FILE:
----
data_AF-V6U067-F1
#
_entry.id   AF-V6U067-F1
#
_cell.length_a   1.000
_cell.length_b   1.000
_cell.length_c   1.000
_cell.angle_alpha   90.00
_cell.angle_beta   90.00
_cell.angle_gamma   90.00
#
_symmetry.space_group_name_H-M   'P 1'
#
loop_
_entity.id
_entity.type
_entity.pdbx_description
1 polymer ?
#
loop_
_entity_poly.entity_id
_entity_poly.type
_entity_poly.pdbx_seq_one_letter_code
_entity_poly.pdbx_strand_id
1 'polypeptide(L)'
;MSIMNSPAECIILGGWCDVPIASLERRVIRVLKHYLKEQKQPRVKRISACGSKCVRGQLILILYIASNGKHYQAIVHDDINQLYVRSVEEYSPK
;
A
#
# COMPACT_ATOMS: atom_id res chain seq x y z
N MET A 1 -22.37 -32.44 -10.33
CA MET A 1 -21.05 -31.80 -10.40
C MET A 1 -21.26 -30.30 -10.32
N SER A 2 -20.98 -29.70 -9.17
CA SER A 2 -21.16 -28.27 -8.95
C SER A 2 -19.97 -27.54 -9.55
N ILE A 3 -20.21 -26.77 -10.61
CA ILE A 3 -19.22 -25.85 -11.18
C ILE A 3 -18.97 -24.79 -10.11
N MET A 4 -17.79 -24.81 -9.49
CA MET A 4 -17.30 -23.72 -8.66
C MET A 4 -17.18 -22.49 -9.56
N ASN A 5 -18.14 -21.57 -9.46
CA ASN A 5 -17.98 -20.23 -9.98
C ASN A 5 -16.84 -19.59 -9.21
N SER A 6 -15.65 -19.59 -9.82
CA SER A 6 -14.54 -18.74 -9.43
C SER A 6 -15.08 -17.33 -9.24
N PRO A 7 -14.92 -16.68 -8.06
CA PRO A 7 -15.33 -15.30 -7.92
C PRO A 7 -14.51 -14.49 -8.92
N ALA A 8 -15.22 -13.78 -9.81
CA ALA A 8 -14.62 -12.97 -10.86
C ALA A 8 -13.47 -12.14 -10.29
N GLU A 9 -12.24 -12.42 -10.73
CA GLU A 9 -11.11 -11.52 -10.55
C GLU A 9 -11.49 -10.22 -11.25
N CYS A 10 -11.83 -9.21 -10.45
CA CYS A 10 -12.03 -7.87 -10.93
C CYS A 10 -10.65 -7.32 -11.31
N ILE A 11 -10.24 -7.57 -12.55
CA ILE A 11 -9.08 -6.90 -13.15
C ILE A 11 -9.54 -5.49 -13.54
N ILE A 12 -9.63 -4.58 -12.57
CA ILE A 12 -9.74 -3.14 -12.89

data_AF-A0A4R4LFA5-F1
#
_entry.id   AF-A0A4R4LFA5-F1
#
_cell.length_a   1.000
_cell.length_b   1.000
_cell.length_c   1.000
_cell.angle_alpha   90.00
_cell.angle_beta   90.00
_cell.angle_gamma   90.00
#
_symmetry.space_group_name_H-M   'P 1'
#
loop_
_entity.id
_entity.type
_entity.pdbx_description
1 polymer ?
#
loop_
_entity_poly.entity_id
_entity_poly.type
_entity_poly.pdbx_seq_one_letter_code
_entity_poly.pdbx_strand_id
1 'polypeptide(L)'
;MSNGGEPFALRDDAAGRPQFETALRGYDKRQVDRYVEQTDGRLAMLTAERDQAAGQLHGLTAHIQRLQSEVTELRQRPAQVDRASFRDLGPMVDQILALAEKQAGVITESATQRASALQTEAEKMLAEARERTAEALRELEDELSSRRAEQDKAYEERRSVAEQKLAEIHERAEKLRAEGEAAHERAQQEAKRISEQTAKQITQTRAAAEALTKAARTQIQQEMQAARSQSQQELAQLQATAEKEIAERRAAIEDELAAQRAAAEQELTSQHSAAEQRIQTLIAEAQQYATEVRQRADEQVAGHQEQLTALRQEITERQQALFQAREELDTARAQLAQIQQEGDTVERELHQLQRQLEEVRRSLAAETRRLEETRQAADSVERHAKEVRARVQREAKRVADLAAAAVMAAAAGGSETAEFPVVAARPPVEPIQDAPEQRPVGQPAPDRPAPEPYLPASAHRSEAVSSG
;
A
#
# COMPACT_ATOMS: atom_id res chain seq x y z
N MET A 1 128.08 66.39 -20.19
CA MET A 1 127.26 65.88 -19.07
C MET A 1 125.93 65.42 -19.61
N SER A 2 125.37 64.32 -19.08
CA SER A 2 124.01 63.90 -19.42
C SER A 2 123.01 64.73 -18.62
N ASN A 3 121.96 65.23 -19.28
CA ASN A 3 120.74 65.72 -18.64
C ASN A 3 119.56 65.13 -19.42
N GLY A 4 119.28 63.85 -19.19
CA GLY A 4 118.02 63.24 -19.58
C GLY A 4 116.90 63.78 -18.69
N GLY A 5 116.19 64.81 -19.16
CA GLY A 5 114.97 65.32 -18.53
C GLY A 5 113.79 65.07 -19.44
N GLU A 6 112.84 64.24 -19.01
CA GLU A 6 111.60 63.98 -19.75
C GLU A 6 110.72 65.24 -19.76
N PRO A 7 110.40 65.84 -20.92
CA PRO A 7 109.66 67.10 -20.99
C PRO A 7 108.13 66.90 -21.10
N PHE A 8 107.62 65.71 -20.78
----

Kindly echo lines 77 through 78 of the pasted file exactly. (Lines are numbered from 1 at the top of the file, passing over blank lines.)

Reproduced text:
_symmetry.space_group_name_H-M   'P 1'
#